Travis bought a 2007 Silverado 2500 that was essentially identical to the Suburban and started swapping things over to make it the ultimate family vehicle. The motor was completely rebuilt and they added various components to make it bigger and badder, such as Carrillo rods, Mahle cut and coated pistons, ARP head studs and valve fastener bolts, and a custom twin turbo setup from Adrenaline Performance using BD Diesel’s billet 80, Intercooler, and 100hp injectors fueled by a FASS 150 pump and twin CP3 kit. “It’s kind of their tow twin setup, and it’s 80mm over stock. It’s a full built motor, so it’s capable of as much as you want to throw at it,” he says.
Elsewhere on the truck, he has AMP drop-down steps, Bushwacker fender flares, a 5-inch exhaust from Diamond Eye, a Recon winch housed in a Trail Ready prerunner bumper, a Lund bug shield and window visors, 22-inch KMC Rockstar wheels and 37/13.50/22 Nitto Extreme Terrain Mud Grappler tires. Of the tires, he says, “My wife loves the tires, even though they’re so dang noisy. We had some boggers on it for a little while, and those were way noisy. She just likes the look of that.”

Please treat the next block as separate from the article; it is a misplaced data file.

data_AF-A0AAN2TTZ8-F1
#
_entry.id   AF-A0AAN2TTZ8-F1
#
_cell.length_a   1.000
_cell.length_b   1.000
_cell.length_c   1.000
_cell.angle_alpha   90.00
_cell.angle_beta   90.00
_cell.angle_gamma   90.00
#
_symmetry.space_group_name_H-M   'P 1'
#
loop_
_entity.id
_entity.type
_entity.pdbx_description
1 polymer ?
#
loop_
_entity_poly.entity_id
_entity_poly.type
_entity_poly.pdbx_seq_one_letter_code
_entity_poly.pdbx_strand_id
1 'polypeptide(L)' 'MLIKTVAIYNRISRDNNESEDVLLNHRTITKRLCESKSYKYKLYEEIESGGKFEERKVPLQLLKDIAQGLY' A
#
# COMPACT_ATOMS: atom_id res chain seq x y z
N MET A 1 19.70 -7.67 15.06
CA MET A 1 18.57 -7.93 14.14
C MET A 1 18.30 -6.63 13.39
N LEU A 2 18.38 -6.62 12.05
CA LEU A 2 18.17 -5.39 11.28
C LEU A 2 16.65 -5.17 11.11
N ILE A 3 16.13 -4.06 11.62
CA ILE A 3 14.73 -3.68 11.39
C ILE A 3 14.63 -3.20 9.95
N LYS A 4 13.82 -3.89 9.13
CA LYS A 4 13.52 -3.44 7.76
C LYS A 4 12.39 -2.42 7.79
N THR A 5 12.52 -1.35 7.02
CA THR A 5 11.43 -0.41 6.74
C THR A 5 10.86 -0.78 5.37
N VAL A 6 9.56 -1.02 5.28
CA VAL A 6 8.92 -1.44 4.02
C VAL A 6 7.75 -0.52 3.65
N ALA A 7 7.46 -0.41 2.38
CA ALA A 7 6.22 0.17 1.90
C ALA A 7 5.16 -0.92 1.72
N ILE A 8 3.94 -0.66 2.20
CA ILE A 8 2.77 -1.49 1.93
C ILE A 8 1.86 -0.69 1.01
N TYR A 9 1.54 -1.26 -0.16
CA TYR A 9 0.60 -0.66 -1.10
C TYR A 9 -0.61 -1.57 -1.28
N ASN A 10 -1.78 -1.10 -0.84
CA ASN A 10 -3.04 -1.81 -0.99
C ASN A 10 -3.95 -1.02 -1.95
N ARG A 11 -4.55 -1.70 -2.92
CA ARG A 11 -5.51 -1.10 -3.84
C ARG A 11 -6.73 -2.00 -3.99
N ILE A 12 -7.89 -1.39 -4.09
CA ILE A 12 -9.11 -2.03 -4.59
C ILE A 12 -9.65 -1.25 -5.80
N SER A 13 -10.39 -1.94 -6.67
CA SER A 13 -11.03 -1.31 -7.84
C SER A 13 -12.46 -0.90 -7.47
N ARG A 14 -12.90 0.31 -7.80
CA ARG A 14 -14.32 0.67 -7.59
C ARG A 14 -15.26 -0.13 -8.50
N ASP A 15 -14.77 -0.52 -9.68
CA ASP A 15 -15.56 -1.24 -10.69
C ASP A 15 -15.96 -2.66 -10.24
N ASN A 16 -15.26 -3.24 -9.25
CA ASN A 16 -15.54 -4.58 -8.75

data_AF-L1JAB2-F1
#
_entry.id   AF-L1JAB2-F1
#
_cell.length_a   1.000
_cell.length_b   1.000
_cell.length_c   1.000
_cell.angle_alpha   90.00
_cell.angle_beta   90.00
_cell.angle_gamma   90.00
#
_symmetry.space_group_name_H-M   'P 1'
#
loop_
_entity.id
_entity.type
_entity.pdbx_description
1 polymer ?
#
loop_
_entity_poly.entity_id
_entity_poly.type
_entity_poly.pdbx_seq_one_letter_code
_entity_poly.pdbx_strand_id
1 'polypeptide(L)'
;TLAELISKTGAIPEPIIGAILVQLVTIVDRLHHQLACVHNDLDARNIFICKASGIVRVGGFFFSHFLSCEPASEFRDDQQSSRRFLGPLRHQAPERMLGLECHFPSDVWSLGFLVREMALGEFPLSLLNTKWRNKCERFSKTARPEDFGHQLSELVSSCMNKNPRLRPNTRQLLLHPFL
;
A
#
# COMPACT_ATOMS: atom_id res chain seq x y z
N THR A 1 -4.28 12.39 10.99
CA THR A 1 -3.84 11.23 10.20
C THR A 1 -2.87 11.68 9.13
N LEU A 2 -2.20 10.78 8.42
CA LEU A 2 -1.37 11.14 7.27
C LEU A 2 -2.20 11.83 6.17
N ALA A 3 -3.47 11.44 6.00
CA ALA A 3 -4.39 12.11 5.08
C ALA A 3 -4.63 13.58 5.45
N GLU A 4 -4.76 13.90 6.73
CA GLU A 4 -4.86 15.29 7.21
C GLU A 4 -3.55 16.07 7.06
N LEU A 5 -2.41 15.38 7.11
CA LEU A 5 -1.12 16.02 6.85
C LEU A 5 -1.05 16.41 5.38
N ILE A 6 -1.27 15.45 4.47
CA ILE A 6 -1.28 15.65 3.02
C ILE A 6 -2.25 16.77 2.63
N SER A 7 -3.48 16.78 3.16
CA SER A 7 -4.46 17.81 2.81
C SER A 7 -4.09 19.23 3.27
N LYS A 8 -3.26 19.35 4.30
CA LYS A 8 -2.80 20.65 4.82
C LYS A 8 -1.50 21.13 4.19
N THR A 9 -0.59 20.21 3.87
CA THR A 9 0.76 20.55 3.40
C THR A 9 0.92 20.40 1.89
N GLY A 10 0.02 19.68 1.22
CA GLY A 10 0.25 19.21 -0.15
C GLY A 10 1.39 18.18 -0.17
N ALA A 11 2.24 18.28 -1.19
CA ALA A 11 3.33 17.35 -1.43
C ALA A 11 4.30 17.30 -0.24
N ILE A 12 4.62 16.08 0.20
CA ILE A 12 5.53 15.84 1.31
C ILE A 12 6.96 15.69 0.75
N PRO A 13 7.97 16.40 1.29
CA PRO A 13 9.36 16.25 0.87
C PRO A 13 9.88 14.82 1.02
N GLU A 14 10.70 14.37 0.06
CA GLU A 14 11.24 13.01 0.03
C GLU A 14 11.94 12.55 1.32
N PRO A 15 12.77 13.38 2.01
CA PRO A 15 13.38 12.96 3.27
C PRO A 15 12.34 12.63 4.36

The interior didn’t get a ton in the way of upgrades, other than some small quality of life additions such as a DVD player in the back for the kids and black alligator skin leather, seat heaters, and Husky floor mats. Up front, Travis has an Edge Insight CTS2 monitor as well as aftermarket gauges on the door pillar to monitor total boost and the big turbo boost. He says, “Edge is always really good to work with. They’ve got the built-in switches here, so I can even turn on the fog lights or the light bar just from here.”
The Suburban is sporting a 6.5-inch BDS high-clearance lift with a 2-inch body lift. The reason for the body lift is twofold: the top of the transmission doesn’t clear the body and they needed space to fit the radiator and intercooler. It also doesn’t hurt that it gives the truck a great look. Speaking of which, as Travis and I chatted while I took pictures, a curious onlooker rolled up in his car and got out to tell Travis just how nice the Suburban looked. He went on and on about how much he liked it. At one point, he seemed to offer “a hot chick” to come stand next to it while I continued to take pictures. Alas, the fabled babe was more theoretical than anything. I suppose it was merely his way of making the point that, Damn, that’s a nice truck.
Diamond In The Rough